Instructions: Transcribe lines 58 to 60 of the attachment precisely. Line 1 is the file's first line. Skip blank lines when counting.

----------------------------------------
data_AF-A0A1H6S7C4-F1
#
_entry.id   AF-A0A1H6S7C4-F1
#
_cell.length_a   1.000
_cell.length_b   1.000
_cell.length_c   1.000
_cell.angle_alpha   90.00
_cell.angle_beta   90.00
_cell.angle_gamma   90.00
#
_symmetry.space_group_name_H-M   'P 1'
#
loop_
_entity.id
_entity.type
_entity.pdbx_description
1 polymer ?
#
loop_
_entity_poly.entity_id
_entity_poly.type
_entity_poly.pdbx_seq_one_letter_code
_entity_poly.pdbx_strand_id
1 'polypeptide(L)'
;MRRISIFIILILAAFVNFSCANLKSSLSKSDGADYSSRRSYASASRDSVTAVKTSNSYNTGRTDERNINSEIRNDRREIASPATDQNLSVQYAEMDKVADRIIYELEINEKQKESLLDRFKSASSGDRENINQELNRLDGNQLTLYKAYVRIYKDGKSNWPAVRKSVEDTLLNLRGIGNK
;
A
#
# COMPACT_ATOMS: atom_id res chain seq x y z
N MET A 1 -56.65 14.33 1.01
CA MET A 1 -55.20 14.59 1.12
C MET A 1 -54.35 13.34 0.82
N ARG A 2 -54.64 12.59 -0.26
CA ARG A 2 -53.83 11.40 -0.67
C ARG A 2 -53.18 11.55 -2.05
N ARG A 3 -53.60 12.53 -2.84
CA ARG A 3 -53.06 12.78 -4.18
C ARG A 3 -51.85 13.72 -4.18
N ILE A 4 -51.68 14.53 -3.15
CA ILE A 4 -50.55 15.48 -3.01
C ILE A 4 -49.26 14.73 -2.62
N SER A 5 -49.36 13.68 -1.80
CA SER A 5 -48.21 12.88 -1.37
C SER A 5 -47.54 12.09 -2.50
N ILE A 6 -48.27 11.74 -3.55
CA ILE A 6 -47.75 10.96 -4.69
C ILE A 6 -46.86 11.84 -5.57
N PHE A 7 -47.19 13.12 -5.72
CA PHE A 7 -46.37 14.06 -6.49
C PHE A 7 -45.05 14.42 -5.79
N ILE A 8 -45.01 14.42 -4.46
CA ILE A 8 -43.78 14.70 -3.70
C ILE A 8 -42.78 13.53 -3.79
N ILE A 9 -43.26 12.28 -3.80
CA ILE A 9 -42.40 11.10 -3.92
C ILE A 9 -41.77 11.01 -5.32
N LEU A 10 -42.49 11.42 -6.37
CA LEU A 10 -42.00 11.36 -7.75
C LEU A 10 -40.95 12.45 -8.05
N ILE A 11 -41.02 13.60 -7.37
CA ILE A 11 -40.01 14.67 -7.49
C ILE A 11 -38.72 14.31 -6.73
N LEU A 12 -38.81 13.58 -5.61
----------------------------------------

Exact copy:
N LEU A 10 -42.49 11.42 -6.37
CA LEU A 10 -42.00 11.36 -7.75
C LEU A 10 -40.95 12.45 -8.05